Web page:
Uttar Pradesh Clears Rohingya Camp on Its Land Weeks After Fire Displaced Refugees
The Uttar Pradesh government on Thursday evicted 16 Rohingya families living near Delhi’s Madanpur Khadar area, claiming the land in question belongs to the Uttar Pradesh irrigation department. They cleared part of the refugee camp under their “anti-encroachment” drive to remove any illegal structure, which included the refugee camp.
The officials cut off the water supply and said the “illegal” refugees should shift base to roadside tents set on the other side of the Delhi border. The refugees were asked to relocate from that land to separate tents next to Zakat Foundation land.
Refugees have pointed out the dangerous location of these tents, noting they pose a risk of accidents and there is no supply of food or water. The lack of sanitation at the roadside tents further poses a sanitation issue, especially for the women refugees.
The displaced families allege that the U.P. government also razed a makeshift mosque in the area. Nearly 300 refugees appealed to the authorities to not raze down their place of worship before, according to Al Jazeera.
“They asked the refugees living in tents located in the portion of the camp that falls in Uttar Pradesh state to relocate to the roadside tents. Then today morning, they demolished the washrooms and water supply pipes and the mosque,” Shamsheeda Khatoon, 27, told Al Jazeera.
The UP government has argued that this was a matter of illegal land occupation. “The Rohingyas have been living without permission on the land and it was necessary to carry this out. They also built a makeshift mosque which could have led to a conflict later. In matter of national interest, the land was cleared,” Mahendra Singh, Minister Jal Shakti in UP, told the Indian Express.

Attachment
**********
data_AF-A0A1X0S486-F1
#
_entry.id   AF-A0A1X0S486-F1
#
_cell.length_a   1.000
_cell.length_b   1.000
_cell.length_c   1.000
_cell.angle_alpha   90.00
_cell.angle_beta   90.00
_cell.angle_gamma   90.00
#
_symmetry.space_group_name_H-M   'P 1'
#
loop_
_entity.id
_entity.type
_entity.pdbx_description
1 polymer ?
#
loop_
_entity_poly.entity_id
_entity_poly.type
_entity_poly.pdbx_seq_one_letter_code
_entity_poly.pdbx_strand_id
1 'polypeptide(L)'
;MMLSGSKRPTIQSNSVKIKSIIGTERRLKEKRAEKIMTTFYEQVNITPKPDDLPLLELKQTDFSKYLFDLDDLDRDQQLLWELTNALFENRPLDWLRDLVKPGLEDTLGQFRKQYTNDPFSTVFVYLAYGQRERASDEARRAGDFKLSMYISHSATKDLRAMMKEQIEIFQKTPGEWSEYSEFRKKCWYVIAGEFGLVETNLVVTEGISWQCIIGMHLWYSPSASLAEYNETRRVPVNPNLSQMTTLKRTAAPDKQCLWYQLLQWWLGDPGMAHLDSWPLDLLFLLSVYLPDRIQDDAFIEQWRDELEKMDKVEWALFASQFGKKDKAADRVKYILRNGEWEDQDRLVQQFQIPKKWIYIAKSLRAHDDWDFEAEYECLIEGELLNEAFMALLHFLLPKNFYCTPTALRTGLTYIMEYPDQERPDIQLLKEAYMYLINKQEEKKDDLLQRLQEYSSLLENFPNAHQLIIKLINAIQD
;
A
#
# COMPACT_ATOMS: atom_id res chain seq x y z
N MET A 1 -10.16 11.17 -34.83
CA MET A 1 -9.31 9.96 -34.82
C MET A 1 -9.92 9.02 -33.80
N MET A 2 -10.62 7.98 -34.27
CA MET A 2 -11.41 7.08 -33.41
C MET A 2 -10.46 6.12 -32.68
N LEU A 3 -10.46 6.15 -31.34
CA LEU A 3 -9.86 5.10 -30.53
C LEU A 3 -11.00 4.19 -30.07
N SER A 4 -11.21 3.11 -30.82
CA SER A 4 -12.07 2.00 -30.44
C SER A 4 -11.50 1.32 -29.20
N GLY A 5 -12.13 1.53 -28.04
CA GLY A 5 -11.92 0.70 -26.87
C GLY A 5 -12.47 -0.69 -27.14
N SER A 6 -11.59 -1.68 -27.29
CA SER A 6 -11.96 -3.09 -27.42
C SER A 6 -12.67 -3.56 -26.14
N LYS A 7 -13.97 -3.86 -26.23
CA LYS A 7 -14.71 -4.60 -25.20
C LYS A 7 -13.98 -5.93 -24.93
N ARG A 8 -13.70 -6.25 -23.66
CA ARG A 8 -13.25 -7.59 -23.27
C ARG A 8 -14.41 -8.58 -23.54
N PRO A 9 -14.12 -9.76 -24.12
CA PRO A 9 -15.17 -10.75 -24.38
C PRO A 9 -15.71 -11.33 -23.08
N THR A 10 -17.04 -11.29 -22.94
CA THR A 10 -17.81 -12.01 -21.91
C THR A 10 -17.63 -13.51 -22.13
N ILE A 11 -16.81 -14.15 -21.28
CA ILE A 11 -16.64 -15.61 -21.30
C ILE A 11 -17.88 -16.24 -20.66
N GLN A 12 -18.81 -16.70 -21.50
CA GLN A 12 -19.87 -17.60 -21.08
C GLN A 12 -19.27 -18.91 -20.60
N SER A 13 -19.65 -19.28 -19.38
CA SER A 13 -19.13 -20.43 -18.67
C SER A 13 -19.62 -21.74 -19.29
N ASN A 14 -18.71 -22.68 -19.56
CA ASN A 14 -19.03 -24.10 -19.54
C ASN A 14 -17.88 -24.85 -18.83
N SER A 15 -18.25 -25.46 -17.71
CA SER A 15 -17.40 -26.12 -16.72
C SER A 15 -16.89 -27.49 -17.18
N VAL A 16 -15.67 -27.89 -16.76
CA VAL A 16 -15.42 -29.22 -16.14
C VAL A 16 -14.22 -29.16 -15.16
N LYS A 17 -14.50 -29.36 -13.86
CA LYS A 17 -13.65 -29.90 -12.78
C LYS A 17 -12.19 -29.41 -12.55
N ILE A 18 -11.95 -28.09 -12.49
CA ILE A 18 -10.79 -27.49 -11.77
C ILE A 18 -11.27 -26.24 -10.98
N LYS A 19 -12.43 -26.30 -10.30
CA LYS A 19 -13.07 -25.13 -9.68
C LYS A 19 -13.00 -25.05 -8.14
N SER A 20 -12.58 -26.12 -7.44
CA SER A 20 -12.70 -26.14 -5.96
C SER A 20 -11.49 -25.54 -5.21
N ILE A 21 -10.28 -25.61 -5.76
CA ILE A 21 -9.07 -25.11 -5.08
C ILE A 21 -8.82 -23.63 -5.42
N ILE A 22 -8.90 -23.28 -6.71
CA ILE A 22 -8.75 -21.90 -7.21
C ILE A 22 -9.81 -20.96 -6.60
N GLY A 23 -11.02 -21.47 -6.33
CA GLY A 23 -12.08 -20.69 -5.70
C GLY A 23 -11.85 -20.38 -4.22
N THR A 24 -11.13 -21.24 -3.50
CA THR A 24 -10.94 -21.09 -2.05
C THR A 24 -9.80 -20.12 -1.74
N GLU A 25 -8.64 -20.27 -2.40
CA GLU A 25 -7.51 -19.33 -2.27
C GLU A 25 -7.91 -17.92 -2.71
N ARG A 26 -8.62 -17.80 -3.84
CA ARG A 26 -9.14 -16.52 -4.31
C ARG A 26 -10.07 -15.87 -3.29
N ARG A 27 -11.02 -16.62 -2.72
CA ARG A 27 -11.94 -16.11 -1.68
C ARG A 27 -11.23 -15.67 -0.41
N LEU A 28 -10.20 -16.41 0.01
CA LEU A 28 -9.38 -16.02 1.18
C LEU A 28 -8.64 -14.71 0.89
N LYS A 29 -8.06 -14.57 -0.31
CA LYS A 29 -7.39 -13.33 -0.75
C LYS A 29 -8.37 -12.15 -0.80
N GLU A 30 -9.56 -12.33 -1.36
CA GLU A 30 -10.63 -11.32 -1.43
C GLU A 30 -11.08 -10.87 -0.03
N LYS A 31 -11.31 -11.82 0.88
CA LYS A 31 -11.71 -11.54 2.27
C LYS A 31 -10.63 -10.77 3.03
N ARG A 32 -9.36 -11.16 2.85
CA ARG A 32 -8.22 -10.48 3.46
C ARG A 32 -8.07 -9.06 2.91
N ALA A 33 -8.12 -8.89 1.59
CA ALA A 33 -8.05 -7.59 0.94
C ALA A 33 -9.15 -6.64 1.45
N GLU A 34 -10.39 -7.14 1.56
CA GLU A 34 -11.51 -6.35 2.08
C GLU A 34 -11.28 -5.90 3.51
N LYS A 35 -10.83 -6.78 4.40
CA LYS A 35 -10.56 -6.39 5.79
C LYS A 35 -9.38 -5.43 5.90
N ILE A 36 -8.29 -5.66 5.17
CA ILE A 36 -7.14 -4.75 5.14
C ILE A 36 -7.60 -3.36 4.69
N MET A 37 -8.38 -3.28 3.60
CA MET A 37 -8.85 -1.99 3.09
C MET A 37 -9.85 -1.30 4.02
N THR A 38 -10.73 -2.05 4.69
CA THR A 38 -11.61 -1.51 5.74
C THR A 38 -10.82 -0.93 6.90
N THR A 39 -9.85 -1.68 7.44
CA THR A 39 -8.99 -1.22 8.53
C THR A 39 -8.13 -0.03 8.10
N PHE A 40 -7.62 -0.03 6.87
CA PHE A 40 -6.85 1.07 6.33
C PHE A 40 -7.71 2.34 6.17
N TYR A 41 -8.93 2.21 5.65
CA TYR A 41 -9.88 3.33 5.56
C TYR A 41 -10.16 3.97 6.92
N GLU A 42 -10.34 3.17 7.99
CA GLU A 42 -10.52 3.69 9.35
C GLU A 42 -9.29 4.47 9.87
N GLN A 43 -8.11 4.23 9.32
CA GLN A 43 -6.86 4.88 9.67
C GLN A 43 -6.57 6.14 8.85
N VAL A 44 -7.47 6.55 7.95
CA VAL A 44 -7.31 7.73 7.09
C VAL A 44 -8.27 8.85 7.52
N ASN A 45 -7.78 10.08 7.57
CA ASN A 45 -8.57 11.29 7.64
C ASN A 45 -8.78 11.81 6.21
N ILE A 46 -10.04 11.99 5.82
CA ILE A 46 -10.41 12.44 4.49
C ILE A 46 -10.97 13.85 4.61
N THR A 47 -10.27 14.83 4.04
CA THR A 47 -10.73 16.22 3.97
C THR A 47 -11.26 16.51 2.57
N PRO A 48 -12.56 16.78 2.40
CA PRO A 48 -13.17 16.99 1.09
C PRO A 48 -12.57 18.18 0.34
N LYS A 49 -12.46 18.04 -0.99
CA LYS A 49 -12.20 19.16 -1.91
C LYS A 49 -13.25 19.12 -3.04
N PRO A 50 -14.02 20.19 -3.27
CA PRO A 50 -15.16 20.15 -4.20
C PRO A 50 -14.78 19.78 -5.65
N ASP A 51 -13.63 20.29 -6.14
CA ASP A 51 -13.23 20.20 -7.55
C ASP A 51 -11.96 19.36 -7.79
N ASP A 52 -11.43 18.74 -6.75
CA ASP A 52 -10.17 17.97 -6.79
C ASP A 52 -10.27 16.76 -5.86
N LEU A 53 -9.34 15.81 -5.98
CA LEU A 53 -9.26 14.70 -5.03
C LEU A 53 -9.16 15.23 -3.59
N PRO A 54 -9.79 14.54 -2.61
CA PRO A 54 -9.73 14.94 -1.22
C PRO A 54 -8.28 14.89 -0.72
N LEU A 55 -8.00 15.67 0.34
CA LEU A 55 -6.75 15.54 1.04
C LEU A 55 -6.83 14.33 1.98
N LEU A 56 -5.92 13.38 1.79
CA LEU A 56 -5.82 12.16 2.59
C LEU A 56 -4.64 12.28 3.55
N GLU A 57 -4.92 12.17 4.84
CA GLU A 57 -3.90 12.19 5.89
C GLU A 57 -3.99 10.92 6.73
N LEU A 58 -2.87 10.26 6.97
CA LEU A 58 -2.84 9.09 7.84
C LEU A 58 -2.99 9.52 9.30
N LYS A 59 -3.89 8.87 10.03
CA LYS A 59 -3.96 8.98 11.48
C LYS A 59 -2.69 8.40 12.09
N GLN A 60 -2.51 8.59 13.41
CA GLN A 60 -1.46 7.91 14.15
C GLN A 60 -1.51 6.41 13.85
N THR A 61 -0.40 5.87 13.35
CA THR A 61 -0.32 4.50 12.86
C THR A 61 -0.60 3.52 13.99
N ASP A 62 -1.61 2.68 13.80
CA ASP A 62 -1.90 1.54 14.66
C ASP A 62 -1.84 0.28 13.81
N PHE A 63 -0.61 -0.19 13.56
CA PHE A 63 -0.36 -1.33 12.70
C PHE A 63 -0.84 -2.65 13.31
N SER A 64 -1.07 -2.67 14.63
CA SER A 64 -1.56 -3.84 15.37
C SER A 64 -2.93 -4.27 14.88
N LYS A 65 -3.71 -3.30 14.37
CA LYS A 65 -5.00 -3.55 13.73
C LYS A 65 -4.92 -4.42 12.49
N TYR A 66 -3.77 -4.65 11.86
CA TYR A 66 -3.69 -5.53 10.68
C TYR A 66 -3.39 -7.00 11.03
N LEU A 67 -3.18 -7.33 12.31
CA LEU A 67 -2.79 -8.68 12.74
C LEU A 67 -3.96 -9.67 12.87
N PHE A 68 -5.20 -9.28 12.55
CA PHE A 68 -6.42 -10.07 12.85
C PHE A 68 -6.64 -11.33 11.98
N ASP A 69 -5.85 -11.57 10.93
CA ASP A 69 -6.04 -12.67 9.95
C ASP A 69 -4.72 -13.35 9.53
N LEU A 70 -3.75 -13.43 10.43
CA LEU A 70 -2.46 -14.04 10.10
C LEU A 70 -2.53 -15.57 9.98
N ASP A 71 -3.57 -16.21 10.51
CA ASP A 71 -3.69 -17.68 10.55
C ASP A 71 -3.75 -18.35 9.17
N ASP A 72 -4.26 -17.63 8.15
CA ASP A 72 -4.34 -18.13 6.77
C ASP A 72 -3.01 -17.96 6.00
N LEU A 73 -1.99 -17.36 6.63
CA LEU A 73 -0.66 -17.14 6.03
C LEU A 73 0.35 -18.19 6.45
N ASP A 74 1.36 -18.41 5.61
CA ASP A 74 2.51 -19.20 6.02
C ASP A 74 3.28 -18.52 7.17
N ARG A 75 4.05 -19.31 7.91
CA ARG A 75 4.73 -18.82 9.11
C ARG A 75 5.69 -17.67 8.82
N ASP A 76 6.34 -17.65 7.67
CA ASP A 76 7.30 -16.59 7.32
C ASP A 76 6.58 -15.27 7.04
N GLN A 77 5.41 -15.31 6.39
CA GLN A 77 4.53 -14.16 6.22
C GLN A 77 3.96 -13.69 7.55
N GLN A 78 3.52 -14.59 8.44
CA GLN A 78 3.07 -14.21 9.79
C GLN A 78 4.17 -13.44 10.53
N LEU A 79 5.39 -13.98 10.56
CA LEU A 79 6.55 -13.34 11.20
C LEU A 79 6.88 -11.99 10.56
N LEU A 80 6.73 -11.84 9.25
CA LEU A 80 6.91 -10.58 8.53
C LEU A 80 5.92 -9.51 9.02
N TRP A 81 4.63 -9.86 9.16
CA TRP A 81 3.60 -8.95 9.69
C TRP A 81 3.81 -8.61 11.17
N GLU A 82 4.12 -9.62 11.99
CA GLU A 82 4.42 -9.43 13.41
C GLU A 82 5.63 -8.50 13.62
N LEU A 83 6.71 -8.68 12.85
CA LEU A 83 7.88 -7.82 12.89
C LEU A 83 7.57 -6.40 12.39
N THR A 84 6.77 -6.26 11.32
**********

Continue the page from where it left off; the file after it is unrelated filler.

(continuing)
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The Rohingya refugees are among the most persecuted ethnic group, who fled political violence and ethnic cleansing in Myanmar in 2017. Almost 40,000 refugees, mostly undocumented, live across different parts of the country. The Indian government has not recognized them as refugees, and seeking asylum has remained a challenge. Some have settled in Delhi’s Madanpur Khadar area, when they were relocated there after another fire at camps in Kalindi Kunj displaced them.
However, Madanpur Khadar is also a precarious piece of land that has witnessed multiple fires in the past. Last month, a fire accident left 250 families bereft of all their possessions — and, most importantly, their documents — with no place else to go. Hours after the fire, the Irrigation Department turned up at the scene and ordered the refugees to leave the area. The families were reportedly subject to multiple threats from officials from this department.
“It is the government’s land, it is needed for certain projects… any private occupation will be considered illegal,” an official from the UP irrigation department told The Caravan last month.
Various state governments where refugee camps are present have declared them “illegal encroachers,” and have made numerous attempts to clear them from various sites. The razing of settlements in Madanpur Khadar is only the latest in a series of intimidation, evictions, lack of support from Indian officials, and a constant state of housing, employment and health precarity.
“First they lost their huts to fire and now their mosque and washrooms have been destroyed. This is blatant violation of human religious rights of the refugees,” Aasif Mujtaba, an activist who helps rehabilitate refugees, told Al Jazeera.
Activists and civil society groups have noted the dehumanization of Rohingyas — as “illegal immigrants” or “encroachers” — alienates them from relief efforts. The constant hazards to their make-shift settlements, displacement, and loss of possessions add to the struggle.